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17 Apr, 2024 15:59

Shunned by the West, this African country has found a new friend – and it’s not China

In its bid to dodge the American economic bullet, Uganda is seeking new strategic and trade partnerships beyond Beijing. In India, it may see one such opportunity
Shunned by the West, this African country has found a new friend – and it’s not China

Last week, senior Indian diplomat Dammu Ravi, Secretary (Economic Relations) in the Ministry of External Affairs, paid a visit to Uganda as part of his three-nation African tour. Ravi addressed the Uganda-India Business Conclave, which saw a 35-member multi-sectoral business delegation from India travel to the African country in an effort to expand ties in areas from manufacturing and agriculture to renewable energy, healthcare, and tourism. Developing relations with Uganda is part of India’s broader strategy in Africa – and it comes at a critical time.  

In January, Uganda hosted the 19th Non-Aligned Movement (NAM) Summit, followed by the third South Summit and the G77+China summit. 

This is indeed an important milestone for Ugandan President Yoweri Museveni, both diplomatically and politically. The landlocked East African country was recently suspended from the African Growth and Opportunity Act (AGOA) by the United States due to multiple accusations related to human rights violations. This was followed by the freezing of new lending to Uganda by the World Bank.

Given the above, Museveni ensured his guests were impressed during the summit. In his speech, he pledged to realign the country’s foreign policy to emphasize greater cooperation among the Global South. In its bid to dodge the American economic bullet, Uganda is seeking new partnerships beyond China. In India, Museveni may see one such opportunity.

India may find Uganda to be a credible partner in East Africa. Undoubtedly, the endorsement for Uganda’s 2024–2027 presidency of the NAM grouping is a testament to the country’s leadership and multilateral engagements. However, New Delhi is likely to tread carefully in furthering its relations with Kampala given its strong ties with China and recent altercation with the US. 

Complicated history 

The relationship between India and Uganda dates back to when Indian sailors traded goods in dhows across the Indian Ocean, long before the Christian era, when European sailors traveled around the world. 

As a matter of fact, the word “dhow” in Swahili refers to any pre-European ship found in the Indian Ocean, especially those that originate in India. After the abolition of slavery in 1834, the British brought with them more than 30,000 Indian ‘coolies’, a racist term for indentured laborers, for the construction of the Uganda Railway. Eventually, a large number of them settled in East Africa and made Uganda their home.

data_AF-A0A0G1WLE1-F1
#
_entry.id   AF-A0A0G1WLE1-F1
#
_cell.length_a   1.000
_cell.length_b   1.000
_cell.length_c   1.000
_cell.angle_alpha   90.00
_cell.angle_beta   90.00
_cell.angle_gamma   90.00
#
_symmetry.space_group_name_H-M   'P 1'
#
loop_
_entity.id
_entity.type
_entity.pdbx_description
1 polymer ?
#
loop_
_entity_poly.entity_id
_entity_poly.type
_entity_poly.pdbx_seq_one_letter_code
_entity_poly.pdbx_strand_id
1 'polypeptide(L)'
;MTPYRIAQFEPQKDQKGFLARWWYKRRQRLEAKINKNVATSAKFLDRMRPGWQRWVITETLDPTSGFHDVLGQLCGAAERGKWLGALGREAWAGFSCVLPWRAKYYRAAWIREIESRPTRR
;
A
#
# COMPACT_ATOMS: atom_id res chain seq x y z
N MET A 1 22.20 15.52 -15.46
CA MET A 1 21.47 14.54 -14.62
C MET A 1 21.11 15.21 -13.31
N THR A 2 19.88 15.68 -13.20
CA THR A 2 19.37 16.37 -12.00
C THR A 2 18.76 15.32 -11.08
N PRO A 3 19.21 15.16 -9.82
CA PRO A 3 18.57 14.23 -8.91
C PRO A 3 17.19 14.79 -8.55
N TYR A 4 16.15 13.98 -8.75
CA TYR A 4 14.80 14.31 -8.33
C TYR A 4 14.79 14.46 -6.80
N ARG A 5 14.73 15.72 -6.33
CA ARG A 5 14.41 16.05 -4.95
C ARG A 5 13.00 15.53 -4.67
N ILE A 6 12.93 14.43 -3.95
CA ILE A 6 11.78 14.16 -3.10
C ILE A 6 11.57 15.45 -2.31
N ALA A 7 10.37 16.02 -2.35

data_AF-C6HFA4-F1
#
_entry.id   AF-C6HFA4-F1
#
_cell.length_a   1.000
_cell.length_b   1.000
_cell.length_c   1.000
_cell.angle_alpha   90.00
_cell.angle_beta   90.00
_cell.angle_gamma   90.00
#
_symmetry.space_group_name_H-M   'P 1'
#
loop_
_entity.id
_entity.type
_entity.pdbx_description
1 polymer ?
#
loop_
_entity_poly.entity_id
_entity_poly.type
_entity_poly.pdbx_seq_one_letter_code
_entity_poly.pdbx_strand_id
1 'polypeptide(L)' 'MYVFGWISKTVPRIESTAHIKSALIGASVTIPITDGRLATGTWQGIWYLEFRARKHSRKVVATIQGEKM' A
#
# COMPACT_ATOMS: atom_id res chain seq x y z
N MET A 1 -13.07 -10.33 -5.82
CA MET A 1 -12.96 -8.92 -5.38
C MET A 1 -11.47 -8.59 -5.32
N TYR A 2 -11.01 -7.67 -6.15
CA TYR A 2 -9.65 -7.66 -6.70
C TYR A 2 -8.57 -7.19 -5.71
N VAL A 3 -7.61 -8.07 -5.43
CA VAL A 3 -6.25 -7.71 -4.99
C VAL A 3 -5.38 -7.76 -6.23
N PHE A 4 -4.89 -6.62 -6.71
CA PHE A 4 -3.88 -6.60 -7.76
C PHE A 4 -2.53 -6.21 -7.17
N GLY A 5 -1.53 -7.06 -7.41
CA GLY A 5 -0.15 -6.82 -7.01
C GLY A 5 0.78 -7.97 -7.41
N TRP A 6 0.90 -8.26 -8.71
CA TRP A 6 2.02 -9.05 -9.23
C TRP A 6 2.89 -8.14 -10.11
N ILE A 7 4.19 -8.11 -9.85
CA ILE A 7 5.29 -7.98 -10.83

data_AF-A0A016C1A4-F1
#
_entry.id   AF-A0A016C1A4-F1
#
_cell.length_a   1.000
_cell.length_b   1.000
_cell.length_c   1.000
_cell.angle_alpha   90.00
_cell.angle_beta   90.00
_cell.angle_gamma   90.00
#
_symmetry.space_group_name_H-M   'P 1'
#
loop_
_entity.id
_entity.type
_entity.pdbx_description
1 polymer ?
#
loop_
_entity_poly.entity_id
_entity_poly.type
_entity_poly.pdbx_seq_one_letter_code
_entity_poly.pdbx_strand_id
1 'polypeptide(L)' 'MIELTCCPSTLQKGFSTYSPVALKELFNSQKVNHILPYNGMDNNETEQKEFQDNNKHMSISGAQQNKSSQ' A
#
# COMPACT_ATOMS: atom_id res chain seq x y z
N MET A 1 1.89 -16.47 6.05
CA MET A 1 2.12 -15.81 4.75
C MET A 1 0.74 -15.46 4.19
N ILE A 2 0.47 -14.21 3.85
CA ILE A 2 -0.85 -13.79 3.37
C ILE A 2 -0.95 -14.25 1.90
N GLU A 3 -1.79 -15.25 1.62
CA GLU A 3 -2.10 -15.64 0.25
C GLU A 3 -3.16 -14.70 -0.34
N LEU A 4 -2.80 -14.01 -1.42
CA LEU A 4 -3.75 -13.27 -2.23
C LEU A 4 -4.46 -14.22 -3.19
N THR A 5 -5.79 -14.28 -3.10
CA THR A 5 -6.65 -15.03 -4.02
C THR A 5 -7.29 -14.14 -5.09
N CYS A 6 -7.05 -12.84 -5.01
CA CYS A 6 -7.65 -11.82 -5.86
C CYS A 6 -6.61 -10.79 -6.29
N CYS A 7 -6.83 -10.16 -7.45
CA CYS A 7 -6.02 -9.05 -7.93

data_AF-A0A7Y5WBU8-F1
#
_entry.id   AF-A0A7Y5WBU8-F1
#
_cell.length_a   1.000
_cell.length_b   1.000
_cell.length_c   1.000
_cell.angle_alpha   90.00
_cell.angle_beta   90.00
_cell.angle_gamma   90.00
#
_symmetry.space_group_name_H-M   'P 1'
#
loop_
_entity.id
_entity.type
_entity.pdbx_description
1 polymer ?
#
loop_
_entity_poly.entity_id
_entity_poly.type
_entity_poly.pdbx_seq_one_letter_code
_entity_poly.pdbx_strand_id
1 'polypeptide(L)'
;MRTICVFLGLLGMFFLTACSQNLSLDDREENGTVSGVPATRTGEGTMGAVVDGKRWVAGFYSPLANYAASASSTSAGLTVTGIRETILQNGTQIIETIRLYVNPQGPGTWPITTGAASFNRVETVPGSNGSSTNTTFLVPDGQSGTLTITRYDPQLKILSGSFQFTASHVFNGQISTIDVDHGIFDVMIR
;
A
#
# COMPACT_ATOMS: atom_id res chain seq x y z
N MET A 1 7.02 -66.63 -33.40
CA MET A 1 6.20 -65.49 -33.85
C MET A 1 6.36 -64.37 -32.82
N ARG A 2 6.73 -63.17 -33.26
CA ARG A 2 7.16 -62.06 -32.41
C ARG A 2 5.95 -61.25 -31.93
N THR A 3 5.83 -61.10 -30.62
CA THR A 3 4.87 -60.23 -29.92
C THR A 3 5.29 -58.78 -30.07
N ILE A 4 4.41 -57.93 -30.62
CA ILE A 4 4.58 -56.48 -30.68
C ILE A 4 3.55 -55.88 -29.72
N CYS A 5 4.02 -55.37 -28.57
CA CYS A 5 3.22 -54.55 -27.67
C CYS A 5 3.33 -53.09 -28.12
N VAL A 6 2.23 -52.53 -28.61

India’s freedom struggle inspired the early Ugandan activists to fight colonization. Known as the Year of Africa, 1960 marked a turning point for African independence with 17 new countries created, and another 18 in the following year. On 14 December, 1960, a “Declaration on the Granting of Independence to Colonial Countries and Peoples” was adopted by the United Nations General Assembly, which proclaimed the necessity to “steadfastly bringing to a speedy and unconditional end the provisions of the Charter and the present colonialism in all its forms and manifestations.” The matter was initially proposed for inclusion in the agenda of the Assembly’s 15th session by the Chairman of the Council of Ministers of the USSR, Nikita Khrushchev, during his address to the General Assembly on September 23, 1960. Uganda became independent on October 9, 1962. 

However, in August 1972, Ugandan dictator Idi Amin ordered the country’s entire South Asian population to be expelled, accusing them of sabotaging the economy. Around 50,000 Indians and Persons of Indian Origin (PIOs) along with other Asians had to leave.

Five decades later, in January of this year, President Museveni called that move a “mistake” and expressed gratitude to the Indian community for the service that they have rendered the country over the decades. Indeed, anti-Indian policies were promptly reversed once Museveni assumed office in 1986. Several actions have been taken to guarantee the reinstatement of bilateral relations, including the return of belongings that had been confiscated from Indians and PIOs. 

New Delhi and Kampala have significantly deepened trade ties over the past two and a half decades. Since 1995, when the constitution established Uganda as a republic, India’s trade with the African nation has witnessed a sharp rise of almost 9% annually, and today it stands at nearly $1.3 billion. Indian exports to Uganda stand at $695 million, rising from just $57.4 million in 1995.

Since 2008, Uganda has been part of India’s Duty-Free Tariff Preference (DFTP) scheme that New Delhi offers to almost 35 least developed countries. Based on the scheme, 98% of India’s total tariff lines are duty free. Uganda’s exports to India consisted mainly of coffee, cocoa beans, and dried legumes, while it primarily imports pharmaceutical products, vehicles, plastic, paper and paperboard, and organic chemicals. 

Betting on strong diaspora